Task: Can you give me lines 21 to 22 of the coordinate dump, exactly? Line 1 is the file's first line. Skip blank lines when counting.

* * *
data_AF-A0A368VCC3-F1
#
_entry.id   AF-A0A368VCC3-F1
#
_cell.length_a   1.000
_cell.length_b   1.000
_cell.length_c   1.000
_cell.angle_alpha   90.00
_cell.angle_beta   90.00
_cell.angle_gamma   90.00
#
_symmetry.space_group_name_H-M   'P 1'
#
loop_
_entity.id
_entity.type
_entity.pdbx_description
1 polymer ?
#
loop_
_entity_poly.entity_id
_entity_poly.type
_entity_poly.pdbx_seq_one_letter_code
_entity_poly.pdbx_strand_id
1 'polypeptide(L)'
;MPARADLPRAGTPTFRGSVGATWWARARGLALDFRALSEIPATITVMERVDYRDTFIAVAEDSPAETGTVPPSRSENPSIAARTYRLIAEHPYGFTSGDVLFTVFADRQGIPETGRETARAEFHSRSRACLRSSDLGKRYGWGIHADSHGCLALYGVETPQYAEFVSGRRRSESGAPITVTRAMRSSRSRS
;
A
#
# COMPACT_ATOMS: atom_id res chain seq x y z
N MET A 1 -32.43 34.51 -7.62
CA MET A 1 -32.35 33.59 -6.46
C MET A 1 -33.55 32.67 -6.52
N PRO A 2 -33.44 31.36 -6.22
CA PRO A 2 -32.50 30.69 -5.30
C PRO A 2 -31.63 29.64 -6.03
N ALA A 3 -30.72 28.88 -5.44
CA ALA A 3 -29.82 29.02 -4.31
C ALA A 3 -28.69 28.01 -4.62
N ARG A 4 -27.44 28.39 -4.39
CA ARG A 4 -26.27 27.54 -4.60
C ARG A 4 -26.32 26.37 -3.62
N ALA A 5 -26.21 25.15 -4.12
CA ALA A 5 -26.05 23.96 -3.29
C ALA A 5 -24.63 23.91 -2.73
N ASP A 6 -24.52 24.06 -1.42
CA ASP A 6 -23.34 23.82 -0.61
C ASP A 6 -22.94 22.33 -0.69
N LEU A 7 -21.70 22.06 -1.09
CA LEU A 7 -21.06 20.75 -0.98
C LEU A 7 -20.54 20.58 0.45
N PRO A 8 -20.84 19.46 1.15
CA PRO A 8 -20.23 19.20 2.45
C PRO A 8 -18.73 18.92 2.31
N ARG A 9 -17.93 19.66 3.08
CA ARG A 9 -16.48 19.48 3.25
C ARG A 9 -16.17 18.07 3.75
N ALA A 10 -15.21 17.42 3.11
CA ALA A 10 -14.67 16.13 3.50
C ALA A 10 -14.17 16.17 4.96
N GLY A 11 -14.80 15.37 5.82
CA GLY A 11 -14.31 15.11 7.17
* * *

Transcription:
_entity_poly.entity_id
_entity_poly.type